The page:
The crowd along Sixth Avenue was losing its mind. It was Sunday, June 25, 1972, and Dr. Benjamin Spock was walking uptown with the Christopher Street Liberation Day March, the scrappier, more revolutionary precursor to the New York City Pride Parade. Although he had risen to fame as a pediatrician, Spock was almost as well known for his support of left-wing causes—from legalizing abortion to ending the Vietnam War—as he was for “The Common Sense Book of Baby and Child Care,” which had already sold more than ten million copies. Still, even by his standards, joining the Christopher Street crowd was a radical act. Two years earlier, when the march was held for the first time, its organizers had worried that no one would come. Those who did were so hopped up on adrenaline and fear that the fifty-block route, from the West Village to Central Park, took them half as long as anticipated; afterward, they jokingly called it the Christopher Street Liberation Day Run. Now here was Dr. Spock, one of the most influential figures in America, joining their ranks. As he passed by, the people lining the streets whistled and clapped and screamed themselves hoarse.

But all this hullabaloo was not, as it turned out, for the famous doctor; it was for a diminutive middle-aged woman marching just in front of him. She was not famous at all—not the author of any books, not the leader of any movement, not self-evidently a radical of any kind. With her jacket and brooch and plaid skirt and spectacles, she had the part-prim, part-warm demeanor of an old-fashioned elementary-school teacher, which she was. She was carrying a piece of orange poster board with a message hand-lettered in black marker: “parents of gays: unite in support for our children.” She had no idea that the crowd was cheering for her until total strangers started running up to thank her. They asked if they could kiss her; they asked if she would talk to their parents; they told her that they couldn’t imagine their own mothers and fathers supporting them so publicly, or supporting them at all.

The woman’s name was Jeanne Manford, and she was marching alongside her twenty-one-year-old gay son, Morty. Moved by the outpouring of emotion, the two of them discussed it all along the route. By the time they reached Central Park, they had also reached a decision: if so many people wished that someone like Jeanne could talk to their parents, why not make that possible? The organization they dreamed up that day, which started as a single support group in Manhattan, was initially called Parents of Gays; later, it was renamed Parents flag, for Parents and Friends of Lesbians and Gays; nowadays, it is known only as pflag. Just a handful of people attended its first meeting, held fifty years ago this spring. Today, it has four hundred chapters and well north of a quarter of a million members.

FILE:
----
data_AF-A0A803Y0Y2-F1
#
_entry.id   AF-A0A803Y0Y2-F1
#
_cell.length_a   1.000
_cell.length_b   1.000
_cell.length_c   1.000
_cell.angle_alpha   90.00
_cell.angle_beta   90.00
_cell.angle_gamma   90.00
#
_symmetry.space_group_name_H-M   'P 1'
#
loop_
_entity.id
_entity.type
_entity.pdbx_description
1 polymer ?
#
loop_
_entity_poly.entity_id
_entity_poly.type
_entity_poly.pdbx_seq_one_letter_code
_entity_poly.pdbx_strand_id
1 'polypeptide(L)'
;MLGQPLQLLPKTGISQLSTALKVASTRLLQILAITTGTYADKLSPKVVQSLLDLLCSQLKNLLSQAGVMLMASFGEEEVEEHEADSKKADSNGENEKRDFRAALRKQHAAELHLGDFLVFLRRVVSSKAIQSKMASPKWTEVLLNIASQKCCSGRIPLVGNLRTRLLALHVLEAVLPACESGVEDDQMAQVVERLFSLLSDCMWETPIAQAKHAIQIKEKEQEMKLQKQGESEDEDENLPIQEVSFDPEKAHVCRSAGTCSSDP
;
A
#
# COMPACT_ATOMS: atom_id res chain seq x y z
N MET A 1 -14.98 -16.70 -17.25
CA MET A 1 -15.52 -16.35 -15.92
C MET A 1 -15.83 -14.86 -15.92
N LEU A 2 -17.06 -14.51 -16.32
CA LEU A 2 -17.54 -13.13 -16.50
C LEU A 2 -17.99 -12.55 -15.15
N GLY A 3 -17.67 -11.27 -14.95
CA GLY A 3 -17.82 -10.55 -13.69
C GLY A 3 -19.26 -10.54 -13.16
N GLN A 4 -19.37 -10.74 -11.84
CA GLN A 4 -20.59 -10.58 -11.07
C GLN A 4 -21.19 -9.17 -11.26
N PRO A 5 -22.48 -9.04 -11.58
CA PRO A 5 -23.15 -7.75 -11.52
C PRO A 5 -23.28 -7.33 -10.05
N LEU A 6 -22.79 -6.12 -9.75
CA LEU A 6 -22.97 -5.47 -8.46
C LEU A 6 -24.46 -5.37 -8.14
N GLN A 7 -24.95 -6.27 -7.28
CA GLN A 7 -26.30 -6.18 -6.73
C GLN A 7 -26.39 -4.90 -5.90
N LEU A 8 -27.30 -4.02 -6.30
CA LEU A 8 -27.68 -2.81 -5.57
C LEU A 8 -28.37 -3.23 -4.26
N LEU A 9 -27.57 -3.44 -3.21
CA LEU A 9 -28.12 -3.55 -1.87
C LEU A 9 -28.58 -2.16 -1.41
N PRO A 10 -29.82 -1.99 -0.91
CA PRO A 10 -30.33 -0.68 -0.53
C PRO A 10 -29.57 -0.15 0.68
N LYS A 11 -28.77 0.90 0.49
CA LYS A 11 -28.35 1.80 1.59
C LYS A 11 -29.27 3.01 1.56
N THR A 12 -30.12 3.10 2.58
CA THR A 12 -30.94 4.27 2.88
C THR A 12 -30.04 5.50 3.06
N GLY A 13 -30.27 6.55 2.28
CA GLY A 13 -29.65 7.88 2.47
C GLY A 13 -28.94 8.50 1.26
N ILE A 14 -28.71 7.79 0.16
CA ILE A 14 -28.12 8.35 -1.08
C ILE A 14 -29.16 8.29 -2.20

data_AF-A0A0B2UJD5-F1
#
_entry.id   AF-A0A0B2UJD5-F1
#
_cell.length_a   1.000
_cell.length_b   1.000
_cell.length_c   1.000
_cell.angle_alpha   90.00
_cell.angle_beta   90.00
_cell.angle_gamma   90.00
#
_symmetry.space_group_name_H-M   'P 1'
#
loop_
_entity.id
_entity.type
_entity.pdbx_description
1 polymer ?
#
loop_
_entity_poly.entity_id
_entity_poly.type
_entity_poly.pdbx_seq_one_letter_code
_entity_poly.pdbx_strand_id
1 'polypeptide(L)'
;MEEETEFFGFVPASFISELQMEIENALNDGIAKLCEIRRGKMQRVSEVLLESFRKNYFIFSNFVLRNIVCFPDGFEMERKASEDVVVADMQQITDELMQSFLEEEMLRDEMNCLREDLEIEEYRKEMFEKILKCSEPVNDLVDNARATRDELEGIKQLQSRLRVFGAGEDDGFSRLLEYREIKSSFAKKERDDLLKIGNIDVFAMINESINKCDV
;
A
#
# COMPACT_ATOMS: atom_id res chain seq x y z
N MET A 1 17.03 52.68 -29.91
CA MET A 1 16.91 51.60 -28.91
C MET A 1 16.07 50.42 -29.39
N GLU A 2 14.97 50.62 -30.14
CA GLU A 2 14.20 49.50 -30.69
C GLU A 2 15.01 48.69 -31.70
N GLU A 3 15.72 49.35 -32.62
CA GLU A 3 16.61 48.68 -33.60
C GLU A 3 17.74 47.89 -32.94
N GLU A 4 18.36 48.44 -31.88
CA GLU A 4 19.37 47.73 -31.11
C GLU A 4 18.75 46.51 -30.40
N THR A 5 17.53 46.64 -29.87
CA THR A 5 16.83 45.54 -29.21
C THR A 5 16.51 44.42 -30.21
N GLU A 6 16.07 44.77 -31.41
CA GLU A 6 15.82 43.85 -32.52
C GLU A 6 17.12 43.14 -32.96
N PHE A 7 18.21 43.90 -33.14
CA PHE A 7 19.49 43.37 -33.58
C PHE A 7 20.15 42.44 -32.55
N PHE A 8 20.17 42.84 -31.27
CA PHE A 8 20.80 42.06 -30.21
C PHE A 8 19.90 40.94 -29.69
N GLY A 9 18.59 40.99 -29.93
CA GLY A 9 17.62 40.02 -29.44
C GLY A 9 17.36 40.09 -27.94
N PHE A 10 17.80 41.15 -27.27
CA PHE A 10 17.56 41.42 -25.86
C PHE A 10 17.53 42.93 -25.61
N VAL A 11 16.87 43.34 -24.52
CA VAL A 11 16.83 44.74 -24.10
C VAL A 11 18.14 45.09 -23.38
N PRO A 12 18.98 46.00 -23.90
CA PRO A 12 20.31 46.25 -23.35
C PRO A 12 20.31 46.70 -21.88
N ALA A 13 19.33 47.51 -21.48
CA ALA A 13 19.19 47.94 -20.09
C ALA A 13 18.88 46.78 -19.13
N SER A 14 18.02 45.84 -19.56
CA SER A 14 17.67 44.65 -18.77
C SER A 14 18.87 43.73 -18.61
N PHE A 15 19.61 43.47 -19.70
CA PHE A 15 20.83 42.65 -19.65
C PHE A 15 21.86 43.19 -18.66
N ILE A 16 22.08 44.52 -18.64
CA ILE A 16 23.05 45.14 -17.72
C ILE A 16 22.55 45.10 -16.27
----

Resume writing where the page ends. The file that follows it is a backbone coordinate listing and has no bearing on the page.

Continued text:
Read more here.

* This story was originally in April 17, 2023 issue of The New Yorker.

Gender-affirming Care, North Carolina

This 12-year-old wants to continue gender-affirming care. NC lawmakers are trying to stop it.

When Amanda Dumas heard details about the latest North Carolina bills aimed at limiting medical treatment of transgender children, the door to the place where she holds back her rage cracked open again.

Just as she was about to head to her youngest child’s monthly counseling session, she saw that a bill banning puberty-blocking drugs and hormone therapy for transgender minors was revived by the state General Assembly.

And she figured before 12-year-old Michael talked to his therapist, she might as well tell him that the puberty-blocking shot he receives every three months might soon be barred by North Carolina.

The shots prevent Mike from going through puberty, stopping him from developing breasts or starting to menstruate. The shots allow Mike to continue to live as the boy he’s been since he was 5 years old.

Amanda and her husband, Josh, have seen the wave of laws barring gender-affirming treatment of transgender children enacted across the country this year, swelling like the tide and inching toward them. It’s at their toes now, and they can’t ignore it.

For years, Mike and his family have been helped by therapists and doctors who’ve consulted with volumes of research on the best approaches to raising a transgender child. They’ve put a plan in place to advance from Mike’s current puberty blockers to hormone therapy that will allow his body to transition physically to the gender he’s always identified as.

Read more here.